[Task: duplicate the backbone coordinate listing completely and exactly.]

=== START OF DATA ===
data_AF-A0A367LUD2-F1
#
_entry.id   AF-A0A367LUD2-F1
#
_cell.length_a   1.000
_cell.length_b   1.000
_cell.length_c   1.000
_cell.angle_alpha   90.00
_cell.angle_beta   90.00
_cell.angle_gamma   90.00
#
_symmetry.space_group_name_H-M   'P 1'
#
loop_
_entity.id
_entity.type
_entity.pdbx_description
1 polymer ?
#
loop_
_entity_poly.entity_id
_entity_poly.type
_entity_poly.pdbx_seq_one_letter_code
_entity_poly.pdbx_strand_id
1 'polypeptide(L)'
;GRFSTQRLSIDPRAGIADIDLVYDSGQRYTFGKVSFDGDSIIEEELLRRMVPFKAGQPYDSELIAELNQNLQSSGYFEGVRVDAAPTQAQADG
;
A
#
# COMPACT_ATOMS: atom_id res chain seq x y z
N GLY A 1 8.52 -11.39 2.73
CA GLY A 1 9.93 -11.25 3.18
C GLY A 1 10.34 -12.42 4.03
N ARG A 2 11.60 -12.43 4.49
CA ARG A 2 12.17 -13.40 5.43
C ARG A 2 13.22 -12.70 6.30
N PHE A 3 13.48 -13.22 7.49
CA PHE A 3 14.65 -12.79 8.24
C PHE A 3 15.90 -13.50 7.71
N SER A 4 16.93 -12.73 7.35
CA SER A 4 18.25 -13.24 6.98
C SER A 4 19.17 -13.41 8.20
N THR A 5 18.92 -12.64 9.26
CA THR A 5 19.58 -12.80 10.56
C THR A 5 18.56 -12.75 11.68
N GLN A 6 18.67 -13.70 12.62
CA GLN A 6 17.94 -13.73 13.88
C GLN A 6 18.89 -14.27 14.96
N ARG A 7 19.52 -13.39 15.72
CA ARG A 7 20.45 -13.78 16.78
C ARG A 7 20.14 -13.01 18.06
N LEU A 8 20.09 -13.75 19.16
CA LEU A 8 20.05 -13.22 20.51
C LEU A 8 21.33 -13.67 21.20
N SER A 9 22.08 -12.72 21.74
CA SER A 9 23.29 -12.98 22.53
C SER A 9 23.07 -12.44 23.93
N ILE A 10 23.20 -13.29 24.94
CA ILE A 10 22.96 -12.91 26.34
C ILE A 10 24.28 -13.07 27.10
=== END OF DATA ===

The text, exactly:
data_AF-A0A367LUD2-F1
#
_entry.id   AF-A0A367LUD2-F1
#
_cell.length_a   1.000
_cell.length_b   1.000
_cell.length_c   1.000
_cell.angle_alpha   90.00
_cell.angle_beta   90.00
_cell.angle_gamma   90.00
#
_symmetry.space_group_name_H-M   'P 1'
#
loop_
_entity.id
_entity.type
_entity.pdbx_description
1 polymer ?
#
loop_
_entity_poly.entity_id
_entity_poly.type
_entity_poly.pdbx_seq_one_letter_code
_entity_poly.pdbx_strand_id
1 'polypeptide(L)'
;GRFSTQRLSIDPRAGIADIDLVYDSGQRYTFGKVSFDGDSIIEEELLRRMVPFKAGQPYDSELIAELNQNLQSSGYFEGVRVDAAPTQAQADG
;
A
#
# COMPACT_ATOMS: atom_id res chain seq x y z
N GLY A 1 8.52 -11.39 2.73
CA GLY A 1 9.93 -11.25 3.18
C GLY A 1 10.34 -12.42 4.03
N ARG A 2 11.60 -12.43 4.49
CA ARG A 2 12.17 -13.40 5.43
C ARG A 2 13.22 -12.70 6.30
N PHE A 3 13.48 -13.22 7.49
CA PHE A 3 14.65 -12.79 8.24
C PHE A 3 15.90 -13.50 7.71
N SER A 4 16.93 -12.73 7.35
CA SER A 4 18.25 -13.24 6.98
C SER A 4 19.17 -13.41 8.20
N THR A 5 18.92 -12.64 9.26
CA THR A 5 19.58 -12.80 10.56
C THR A 5 18.56 -12.75 11.68
N GLN A 6 18.67 -13.70 12.62
CA GLN A 6 17.94 -13.73 13.88
C GLN A 6 18.89 -14.27 14.96
N ARG A 7 19.52 -13.39 15.72
CA ARG A 7 20.45 -13.78 16.78
C ARG A 7 20.14 -13.01 18.06
N LEU A 8 20.09 -13.75 19.16
CA LEU A 8 20.05 -13.22 20.51
C LEU A 8 21.33 -13.67 21.20
N SER A 9 22.08 -12.72 21.74
CA SER A 9 23.29 -12.98 22.53
C SER A 9 23.07 -12.44 23.93
N ILE A 10 23.20 -13.29 24.94
CA ILE A 10 22.96 -12.91 26.34
C ILE A 10 24.28 -13.07 27.10